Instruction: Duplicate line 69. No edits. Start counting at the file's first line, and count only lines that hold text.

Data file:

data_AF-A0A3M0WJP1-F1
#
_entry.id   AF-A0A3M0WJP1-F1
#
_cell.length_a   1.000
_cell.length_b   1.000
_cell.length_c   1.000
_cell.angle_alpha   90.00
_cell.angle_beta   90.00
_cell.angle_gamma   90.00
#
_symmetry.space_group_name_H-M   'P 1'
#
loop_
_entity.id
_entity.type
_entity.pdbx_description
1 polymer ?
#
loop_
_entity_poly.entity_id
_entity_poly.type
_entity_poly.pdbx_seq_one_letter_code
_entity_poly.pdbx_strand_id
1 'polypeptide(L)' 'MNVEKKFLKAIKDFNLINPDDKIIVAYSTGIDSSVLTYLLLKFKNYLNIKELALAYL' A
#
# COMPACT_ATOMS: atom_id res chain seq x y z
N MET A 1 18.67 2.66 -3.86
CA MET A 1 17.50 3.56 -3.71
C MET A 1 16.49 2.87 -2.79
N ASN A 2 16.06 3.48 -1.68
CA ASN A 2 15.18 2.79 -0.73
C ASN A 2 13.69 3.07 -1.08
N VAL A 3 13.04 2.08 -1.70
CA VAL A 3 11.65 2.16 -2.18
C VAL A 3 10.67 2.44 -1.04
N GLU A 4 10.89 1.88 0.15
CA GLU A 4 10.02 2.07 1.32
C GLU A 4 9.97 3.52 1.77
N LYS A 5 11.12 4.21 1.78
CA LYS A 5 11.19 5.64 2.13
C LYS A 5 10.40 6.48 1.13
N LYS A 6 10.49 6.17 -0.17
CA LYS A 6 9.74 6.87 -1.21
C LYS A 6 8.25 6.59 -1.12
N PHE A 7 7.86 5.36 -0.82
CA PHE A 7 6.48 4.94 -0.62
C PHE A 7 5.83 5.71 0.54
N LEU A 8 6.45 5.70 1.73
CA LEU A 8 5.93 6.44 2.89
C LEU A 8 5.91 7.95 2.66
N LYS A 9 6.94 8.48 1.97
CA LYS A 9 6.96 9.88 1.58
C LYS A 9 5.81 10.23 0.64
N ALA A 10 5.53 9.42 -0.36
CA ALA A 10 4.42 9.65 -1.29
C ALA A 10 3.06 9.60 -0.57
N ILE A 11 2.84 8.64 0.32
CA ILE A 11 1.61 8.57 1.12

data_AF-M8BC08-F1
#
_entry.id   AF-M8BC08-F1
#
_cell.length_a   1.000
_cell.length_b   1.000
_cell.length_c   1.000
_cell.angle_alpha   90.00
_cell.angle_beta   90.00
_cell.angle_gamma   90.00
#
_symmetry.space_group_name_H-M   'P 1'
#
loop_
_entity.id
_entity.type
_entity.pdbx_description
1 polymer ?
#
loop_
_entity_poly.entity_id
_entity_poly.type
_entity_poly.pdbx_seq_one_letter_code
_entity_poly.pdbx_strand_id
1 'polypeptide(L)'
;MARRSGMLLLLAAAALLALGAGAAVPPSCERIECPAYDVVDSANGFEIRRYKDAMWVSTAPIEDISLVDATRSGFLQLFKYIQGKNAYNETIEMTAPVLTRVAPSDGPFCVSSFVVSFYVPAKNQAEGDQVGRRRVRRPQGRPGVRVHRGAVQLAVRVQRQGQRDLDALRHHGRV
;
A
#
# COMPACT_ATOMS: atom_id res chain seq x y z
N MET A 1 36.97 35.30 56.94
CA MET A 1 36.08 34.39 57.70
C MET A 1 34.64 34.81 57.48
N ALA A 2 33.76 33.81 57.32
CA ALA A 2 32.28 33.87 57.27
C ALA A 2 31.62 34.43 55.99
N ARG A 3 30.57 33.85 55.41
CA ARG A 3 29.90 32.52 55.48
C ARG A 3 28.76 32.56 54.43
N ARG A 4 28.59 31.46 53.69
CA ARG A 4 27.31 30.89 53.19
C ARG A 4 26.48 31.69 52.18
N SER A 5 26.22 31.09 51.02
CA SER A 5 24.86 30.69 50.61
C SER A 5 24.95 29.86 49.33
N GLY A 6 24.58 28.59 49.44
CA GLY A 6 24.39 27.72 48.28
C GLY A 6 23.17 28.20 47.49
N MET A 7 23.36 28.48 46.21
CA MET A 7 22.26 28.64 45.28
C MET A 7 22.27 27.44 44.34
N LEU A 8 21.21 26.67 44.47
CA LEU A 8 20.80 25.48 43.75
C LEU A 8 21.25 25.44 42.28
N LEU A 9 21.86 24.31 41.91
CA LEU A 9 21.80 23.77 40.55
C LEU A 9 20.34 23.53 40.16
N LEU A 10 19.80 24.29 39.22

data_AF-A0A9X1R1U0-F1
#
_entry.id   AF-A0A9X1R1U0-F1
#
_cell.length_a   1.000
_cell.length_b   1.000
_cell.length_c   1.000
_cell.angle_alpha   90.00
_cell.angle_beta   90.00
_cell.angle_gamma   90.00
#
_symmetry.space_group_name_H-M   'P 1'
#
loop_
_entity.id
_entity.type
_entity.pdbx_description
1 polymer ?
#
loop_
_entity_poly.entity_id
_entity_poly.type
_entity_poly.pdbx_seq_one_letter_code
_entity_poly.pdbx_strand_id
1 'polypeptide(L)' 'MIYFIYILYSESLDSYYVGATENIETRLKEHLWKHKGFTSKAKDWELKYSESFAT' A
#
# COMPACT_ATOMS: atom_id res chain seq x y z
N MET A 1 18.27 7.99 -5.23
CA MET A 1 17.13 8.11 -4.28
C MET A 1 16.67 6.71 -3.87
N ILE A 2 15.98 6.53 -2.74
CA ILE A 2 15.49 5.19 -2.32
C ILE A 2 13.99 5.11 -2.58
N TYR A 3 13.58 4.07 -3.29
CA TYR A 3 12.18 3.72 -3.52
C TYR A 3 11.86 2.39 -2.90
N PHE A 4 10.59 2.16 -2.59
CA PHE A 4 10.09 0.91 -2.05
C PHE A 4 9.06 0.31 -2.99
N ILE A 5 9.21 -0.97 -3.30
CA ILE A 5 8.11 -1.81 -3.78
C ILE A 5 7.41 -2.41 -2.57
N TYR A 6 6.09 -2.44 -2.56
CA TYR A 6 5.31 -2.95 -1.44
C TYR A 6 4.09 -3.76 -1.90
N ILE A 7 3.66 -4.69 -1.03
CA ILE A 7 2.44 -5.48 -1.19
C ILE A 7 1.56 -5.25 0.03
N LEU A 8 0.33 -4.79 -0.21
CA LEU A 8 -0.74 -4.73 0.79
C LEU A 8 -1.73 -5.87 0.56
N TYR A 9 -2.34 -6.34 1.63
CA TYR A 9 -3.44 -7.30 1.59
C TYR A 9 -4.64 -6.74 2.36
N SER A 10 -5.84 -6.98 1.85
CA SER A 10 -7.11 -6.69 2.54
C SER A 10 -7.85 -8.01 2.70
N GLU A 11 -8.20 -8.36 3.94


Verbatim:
_cell.angle_gamma   90.00